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 The World of Film in Australia - on the Internet Updated Tuesday, September 2, 2014 - Edition No 912 
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LEMMING

SYNOPSIS:
A clever engineer of gizmos at his technology company, Alain Getty (Laurent Lucas) is transferred to a new location where he and his wife Bendecite (Charlotte Gainsbourg) invite the boss Richard Pollock (Andre Doussolier) and his strangely aloof and ascerbic wife Alice (Charlotte Rampling). The discovery of a lemming (far from its Scandinavian habitat) that's blocked their sink adds to the disquieting time for the Gettys, which gets worse when Alice returns one afternoon, and squats in their spare bedroom. To their horror, she locks herself in and trashes the room - before a gunshot is heard. Destabilised, the couple's seemingly perfect life has no come unstuck and when Richard makes a pass at Benedicte, Alain becomes furiously jealous. But the spectre of Alice hangs over them still and the betrayals take their toll.

Review by Andrew L. Urban:
Dominik Moll likes to create stories where an otherwise level headed man (or woman) who has everything under control, begins to fall apart through external influences on his life. He did this with wickedly dark humour in Harry He's Here To Help, who would do ANYthing to make his hosts' wish come true - taking vague wishes terrifyingly literally. It was genuinely dark and eerily credible.

Lemming is not as successful, even though all the performances are superb, with Charlotte Rampling icy, tough and filled with a lifetime of matrimonial angst, yet seductive when required; Charlotte Gainsbourg has a difficult role as the wife who is stressed by the new environment, by the lemming incident, and especially by the disastrous dinner party that lurches their life off its safety platform. But she delivers, and makes Benedicte a calm yet vulnerable character with whom we can identify.

Andre Doussolier gives his usual, reliably complex character portrait of a powerful man with moments of humility and a secret addiction to call girls. Laurent Lucas is terrific as the disintegrating man, assaulted first by his employer's bizarre marriage and its impact, then by Alice's dirty tricks and finally by the betrayal he sees when Richard seems to have seduced Benedicte away. But this is where the film hits a bad patch of icy surface and lots of fog, sliding around the edges of credibility and keeping itself well hidden behind the fog of psychological voodoo.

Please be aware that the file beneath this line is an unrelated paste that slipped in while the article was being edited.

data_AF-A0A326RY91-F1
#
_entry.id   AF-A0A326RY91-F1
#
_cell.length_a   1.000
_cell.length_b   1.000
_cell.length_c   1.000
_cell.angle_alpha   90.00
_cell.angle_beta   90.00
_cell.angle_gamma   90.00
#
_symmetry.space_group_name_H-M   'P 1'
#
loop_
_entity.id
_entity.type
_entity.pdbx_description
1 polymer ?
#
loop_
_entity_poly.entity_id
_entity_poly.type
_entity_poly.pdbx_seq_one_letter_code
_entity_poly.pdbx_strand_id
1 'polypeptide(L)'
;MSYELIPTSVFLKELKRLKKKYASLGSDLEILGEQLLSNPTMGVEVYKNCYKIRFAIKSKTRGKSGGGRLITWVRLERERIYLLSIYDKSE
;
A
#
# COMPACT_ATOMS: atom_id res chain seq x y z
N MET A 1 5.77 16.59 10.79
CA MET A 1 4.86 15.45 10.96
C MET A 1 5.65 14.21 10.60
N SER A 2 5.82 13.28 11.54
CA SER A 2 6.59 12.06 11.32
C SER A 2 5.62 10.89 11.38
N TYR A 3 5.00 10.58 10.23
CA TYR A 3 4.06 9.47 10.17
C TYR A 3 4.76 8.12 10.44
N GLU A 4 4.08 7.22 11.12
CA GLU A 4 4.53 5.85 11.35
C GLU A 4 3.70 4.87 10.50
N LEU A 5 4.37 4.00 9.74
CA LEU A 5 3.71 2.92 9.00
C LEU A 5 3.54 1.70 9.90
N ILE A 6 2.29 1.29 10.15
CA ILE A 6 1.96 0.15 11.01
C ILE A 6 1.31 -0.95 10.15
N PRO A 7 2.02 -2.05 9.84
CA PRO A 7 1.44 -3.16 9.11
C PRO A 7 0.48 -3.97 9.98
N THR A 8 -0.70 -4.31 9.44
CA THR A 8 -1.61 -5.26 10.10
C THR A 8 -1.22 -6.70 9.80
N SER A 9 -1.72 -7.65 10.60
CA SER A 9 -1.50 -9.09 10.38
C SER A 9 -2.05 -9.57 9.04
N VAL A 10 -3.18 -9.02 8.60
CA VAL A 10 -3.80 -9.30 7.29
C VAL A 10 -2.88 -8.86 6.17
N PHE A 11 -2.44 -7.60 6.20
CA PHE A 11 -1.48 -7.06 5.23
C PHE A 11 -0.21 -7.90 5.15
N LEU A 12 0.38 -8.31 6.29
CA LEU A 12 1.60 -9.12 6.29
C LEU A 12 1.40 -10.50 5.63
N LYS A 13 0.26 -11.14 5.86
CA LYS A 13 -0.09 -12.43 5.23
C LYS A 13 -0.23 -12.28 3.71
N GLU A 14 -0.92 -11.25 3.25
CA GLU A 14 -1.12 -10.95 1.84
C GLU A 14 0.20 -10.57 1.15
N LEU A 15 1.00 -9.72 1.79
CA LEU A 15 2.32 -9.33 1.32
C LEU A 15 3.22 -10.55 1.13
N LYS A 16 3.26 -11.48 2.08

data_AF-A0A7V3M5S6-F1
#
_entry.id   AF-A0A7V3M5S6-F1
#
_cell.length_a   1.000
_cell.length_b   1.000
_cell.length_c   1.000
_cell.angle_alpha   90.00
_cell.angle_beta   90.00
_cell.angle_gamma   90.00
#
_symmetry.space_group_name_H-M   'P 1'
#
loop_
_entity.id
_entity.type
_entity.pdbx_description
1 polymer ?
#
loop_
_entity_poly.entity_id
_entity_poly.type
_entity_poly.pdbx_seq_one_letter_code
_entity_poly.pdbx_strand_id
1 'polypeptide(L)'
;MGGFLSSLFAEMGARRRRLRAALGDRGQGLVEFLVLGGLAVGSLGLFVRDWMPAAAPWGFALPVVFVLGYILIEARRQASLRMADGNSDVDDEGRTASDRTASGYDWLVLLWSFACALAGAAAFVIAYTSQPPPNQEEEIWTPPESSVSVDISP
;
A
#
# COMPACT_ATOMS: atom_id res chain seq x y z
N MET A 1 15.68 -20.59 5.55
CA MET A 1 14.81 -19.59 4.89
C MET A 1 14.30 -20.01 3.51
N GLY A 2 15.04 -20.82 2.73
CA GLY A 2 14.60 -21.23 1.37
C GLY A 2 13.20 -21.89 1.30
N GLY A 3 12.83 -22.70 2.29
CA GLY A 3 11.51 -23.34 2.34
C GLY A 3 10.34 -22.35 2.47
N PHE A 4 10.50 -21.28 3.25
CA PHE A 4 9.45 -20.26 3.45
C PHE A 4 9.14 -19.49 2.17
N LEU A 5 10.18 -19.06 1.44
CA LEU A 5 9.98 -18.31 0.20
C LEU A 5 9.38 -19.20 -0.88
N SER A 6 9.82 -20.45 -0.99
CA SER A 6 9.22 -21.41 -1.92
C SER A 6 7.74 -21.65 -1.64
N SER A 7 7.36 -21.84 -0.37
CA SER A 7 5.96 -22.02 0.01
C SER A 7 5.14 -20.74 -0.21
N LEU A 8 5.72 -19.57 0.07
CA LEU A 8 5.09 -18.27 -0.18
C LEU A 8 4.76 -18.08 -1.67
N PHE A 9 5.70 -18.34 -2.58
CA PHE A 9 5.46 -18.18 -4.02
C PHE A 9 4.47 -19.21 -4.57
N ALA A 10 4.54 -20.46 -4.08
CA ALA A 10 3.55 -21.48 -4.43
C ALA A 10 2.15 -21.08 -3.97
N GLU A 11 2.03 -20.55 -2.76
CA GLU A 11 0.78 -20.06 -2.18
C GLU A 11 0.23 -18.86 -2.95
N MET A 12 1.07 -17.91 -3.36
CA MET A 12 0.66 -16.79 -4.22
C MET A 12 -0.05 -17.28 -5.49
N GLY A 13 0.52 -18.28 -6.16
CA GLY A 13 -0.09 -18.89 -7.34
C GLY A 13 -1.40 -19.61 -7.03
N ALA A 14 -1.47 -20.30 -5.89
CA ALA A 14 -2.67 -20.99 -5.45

If it weren't for the irreparably flawed third act, Lemming would have made a big impression as a complex psychosexual thriller.

Review by Louise Keller:
There is a flying webcam, a rodent in the kitchen drain, dinner with the boss and his wife, a neighbour reprimanding his son and a seduction. If you think these ingredients make for an incongruous combination, you are spot on. Like his previous unforgettable film Harry He Is Here To Help, writer director Dominik Moll has crafted a haunting drama about two couples that is anything but straight forward. A cross between a psychological and supernatural thriller, the film is intriguing, baffling and often confusing as the four leads dance around each other metaphorically, and Charlotte Rampling delivers her most striking performance in years. While it's easy to be wild about Harry, Lemming is less successful in that it tantalizes without fully delivering.

As model couple Alain (Laurent Lucas) and Benedicte (Charlotte Gainsbourg) prepare for dinner with his boss, the mood is playful and loving. He is mentally sharp; she is calm. But when an apologetic Richard (Andre Dussollier) and his surly wife Alice (Charlotte Rampling) arrive late, an unpleasant mood hovers above the dining table. Why is Alice intent on not only humiliating her husband, but keen to intrude into the younger couple's happiness. Reflecting her black mood, Alice's sunglasses never leave her face, and her tirade of barbs and accusations trigger a sequence of events that promotes mistrust.

Moll's speciality is taking an ordinary situation and layering it with an underlying sense of terror. Silence and sound is used to great effect to accentuate discomfort and anxiety. The anticipation of where the film is going to lead is perhaps Lemming's strongest suit, when all the action is internal. But in the second half, things are drawn out and I felt as restless as the lemming locked in its cage.



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CRITICAL COUNT
Favourable: 0
Unfavourable: 0
Mixed: 2

DOMINIK MOLL INTERVIEW

LEMMING (M)
(France, 2005)

CAST: Laurent Lucas, Charlotte Gainsbourg, Charlotte Rampling, Andre Doussolier, Jacques Bonnaffe, Veronique Affholder, Michel Cassagne,

PRODUCER: Michel Saint-Jean

DIRECTOR: Domink Moll

SCRIPT: Domink Moll, Gilles Marchand

CINEMATOGRAPHER: Jean-Marc Fabre

EDITOR: Mike Fromentin

MUSIC: David Whitaker

PRODUCTION DESIGN: Michel Barthelemy

RUNNING TIME: 129 minutes

AUSTRALIAN DISTRIBUTOR: Palace

AUSTRALIAN RELEASE: Sydney: October 26, 2006 (other cities later)







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